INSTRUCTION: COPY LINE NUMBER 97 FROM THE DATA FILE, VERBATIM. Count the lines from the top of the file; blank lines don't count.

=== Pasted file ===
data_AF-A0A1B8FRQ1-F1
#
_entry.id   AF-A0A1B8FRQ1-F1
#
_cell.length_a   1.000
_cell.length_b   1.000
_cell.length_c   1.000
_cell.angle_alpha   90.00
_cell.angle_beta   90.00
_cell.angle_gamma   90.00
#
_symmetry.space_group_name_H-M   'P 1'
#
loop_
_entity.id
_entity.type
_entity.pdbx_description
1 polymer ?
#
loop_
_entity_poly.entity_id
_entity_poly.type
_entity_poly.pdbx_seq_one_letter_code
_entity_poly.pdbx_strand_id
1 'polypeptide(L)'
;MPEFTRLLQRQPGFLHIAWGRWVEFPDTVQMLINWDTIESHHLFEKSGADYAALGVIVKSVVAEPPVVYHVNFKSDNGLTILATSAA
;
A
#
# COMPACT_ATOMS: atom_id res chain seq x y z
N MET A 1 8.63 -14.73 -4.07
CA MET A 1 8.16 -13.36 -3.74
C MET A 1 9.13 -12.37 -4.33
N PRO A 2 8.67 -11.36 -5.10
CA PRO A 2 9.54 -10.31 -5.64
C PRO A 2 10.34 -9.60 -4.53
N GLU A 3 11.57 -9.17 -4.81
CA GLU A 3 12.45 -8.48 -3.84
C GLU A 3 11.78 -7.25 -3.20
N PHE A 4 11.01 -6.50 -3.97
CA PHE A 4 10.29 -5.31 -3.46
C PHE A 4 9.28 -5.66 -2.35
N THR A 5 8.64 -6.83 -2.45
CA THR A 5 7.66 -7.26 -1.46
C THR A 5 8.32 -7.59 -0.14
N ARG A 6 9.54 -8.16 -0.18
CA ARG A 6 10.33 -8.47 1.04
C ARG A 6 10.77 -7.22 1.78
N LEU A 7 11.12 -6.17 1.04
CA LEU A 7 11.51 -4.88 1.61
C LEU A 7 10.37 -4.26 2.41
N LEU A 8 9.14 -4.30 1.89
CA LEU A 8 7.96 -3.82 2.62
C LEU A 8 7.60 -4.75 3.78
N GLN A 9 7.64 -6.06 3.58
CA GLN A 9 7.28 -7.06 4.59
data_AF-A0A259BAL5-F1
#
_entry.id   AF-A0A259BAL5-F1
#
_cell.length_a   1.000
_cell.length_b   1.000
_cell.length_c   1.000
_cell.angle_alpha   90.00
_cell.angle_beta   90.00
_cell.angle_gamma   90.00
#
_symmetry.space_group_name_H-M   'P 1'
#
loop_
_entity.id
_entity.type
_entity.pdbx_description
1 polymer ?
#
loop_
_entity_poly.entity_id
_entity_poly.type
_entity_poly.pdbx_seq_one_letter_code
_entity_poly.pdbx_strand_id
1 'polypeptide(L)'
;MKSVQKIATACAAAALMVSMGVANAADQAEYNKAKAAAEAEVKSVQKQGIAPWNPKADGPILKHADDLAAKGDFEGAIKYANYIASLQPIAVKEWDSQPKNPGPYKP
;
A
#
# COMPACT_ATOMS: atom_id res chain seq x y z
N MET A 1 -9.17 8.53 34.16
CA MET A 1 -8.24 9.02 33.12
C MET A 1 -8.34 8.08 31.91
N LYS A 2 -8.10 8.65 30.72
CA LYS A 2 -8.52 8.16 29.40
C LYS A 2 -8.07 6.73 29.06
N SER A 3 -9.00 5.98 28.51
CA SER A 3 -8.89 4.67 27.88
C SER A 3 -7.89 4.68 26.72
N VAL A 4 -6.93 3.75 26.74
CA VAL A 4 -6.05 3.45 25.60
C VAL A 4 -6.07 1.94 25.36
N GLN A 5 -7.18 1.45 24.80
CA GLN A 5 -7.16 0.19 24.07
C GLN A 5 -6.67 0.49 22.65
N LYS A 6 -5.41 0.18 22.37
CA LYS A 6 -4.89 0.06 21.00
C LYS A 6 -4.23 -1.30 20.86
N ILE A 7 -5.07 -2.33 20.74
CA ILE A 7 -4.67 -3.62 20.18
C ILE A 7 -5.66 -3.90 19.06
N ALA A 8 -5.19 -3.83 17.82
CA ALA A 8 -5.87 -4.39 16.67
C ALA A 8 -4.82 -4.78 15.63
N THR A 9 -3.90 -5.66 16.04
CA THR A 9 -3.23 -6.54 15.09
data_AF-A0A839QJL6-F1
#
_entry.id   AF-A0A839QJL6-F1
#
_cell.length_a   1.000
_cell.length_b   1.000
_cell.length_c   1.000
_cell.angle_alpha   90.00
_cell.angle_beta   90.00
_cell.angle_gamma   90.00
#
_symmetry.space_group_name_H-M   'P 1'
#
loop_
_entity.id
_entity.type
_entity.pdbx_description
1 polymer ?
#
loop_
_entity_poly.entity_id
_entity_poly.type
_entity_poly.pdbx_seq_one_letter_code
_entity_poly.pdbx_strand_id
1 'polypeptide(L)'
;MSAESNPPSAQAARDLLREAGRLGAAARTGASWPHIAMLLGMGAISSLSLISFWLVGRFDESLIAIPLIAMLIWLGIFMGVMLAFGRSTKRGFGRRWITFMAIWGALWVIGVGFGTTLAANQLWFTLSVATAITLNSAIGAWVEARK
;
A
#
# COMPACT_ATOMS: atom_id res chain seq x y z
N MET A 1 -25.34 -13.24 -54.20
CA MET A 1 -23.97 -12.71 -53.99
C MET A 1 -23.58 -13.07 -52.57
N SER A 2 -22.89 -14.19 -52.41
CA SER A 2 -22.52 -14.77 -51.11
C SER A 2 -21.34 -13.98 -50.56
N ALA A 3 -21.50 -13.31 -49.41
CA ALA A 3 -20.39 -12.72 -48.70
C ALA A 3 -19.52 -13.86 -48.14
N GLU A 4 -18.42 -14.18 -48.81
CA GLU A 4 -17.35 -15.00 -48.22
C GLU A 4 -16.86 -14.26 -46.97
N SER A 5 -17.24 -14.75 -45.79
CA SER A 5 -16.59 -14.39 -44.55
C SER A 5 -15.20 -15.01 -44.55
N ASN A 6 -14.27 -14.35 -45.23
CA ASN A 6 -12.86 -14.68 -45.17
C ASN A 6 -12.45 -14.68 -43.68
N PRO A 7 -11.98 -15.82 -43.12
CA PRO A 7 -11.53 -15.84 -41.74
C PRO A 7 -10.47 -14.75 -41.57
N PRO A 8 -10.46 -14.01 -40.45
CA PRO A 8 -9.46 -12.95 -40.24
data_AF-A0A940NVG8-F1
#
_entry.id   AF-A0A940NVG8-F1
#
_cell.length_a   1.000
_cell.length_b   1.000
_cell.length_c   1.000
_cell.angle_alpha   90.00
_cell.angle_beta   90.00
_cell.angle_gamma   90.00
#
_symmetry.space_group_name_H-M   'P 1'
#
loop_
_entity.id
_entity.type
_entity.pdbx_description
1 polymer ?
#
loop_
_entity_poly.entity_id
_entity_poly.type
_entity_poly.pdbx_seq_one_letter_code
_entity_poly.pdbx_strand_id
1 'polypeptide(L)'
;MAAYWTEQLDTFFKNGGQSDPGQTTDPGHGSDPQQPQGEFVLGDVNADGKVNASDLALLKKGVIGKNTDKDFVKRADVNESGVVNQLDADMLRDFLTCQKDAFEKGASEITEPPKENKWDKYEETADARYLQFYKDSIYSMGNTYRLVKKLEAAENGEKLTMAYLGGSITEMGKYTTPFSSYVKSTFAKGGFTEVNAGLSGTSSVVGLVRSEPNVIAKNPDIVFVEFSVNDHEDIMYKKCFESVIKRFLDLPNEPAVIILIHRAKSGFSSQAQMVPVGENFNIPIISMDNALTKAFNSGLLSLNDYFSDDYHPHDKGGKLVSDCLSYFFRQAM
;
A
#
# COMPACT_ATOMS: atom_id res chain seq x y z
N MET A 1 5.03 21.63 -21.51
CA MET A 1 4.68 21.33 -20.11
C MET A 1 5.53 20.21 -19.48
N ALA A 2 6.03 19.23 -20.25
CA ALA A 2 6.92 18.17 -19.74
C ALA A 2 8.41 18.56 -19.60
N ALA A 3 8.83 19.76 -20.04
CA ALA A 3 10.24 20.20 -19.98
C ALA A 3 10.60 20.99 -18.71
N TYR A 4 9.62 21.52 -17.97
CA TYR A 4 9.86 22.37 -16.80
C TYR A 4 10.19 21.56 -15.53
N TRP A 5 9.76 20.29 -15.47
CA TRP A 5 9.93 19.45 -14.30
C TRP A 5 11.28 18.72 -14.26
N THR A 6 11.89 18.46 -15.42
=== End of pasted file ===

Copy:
CA VAL A 4 -6.05 3.45 25.60